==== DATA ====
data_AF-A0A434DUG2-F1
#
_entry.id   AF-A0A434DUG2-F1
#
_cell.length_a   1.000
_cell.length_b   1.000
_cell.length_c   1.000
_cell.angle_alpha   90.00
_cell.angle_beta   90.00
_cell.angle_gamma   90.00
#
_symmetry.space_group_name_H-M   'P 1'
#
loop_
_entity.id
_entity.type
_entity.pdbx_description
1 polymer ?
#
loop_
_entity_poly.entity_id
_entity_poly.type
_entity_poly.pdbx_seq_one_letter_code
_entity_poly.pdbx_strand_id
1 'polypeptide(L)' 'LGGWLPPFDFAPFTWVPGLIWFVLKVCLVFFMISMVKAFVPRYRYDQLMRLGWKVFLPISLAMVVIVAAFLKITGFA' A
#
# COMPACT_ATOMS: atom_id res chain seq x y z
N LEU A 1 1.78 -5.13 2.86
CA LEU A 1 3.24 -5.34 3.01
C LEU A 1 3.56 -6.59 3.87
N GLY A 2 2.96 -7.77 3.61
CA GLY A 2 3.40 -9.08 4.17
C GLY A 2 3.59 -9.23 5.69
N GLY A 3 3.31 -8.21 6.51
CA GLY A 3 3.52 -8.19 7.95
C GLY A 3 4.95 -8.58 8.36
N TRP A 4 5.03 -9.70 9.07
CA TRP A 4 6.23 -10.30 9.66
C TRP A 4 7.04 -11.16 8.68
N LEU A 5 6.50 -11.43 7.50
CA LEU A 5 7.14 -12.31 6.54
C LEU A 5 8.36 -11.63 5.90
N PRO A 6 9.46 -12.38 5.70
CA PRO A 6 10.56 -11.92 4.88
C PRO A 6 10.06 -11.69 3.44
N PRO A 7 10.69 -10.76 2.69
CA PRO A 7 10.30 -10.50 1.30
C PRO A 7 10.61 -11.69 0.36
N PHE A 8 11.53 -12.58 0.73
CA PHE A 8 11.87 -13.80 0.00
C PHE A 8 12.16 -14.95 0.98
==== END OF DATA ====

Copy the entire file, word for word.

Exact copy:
data_AF-A0A434DUG2-F1
#
_entry.id   AF-A0A434DUG2-F1
#
_cell.length_a   1.000
_cell.length_b   1.000
_cell.length_c   1.000
_cell.angle_alpha   90.00
_cell.angle_beta   90.00
_cell.angle_gamma   90.00
#
_symmetry.space_group_name_H-M   'P 1'
#
loop_
_entity.id
_entity.type
_entity.pdbx_description
1 polymer ?
#
loop_
_entity_poly.entity_id
_entity_poly.type
_entity_poly.pdbx_seq_one_letter_code
_entity_poly.pdbx_strand_id
1 'polypeptide(L)' 'LGGWLPPFDFAPFTWVPGLIWFVLKVCLVFFMISMVKAFVPRYRYDQLMRLGWKVFLPISLAMVVIVAAFLKITGFA' A
#
# COMPACT_ATOMS: atom_id res chain seq x y z
N LEU A 1 1.78 -5.13 2.86
CA LEU A 1 3.24 -5.34 3.01
C LEU A 1 3.56 -6.59 3.87
N GLY A 2 2.96 -7.77 3.61
CA GLY A 2 3.40 -9.08 4.17
C GLY A 2 3.59 -9.23 5.69
N GLY A 3 3.31 -8.21 6.51
CA GLY A 3 3.52 -8.19 7.95
C GLY A 3 4.95 -8.58 8.36
N TRP A 4 5.03 -9.70 9.07
CA TRP A 4 6.23 -10.30 9.66
C TRP A 4 7.04 -11.16 8.68
N LEU A 5 6.50 -11.43 7.50
CA LEU A 5 7.14 -12.31 6.54
C LEU A 5 8.36 -11.63 5.90
N PRO A 6 9.46 -12.38 5.70
CA PRO A 6 10.56 -11.92 4.88
C PRO A 6 10.06 -11.69 3.44
N PRO A 7 10.69 -10.76 2.69
CA PRO A 7 10.30 -10.50 1.30
C PRO A 7 10.61 -11.69 0.36
N PHE A 8 11.53 -12.58 0.73
CA PHE A 8 11.87 -13.80 0.00
C PHE A 8 12.16 -14.95 0.98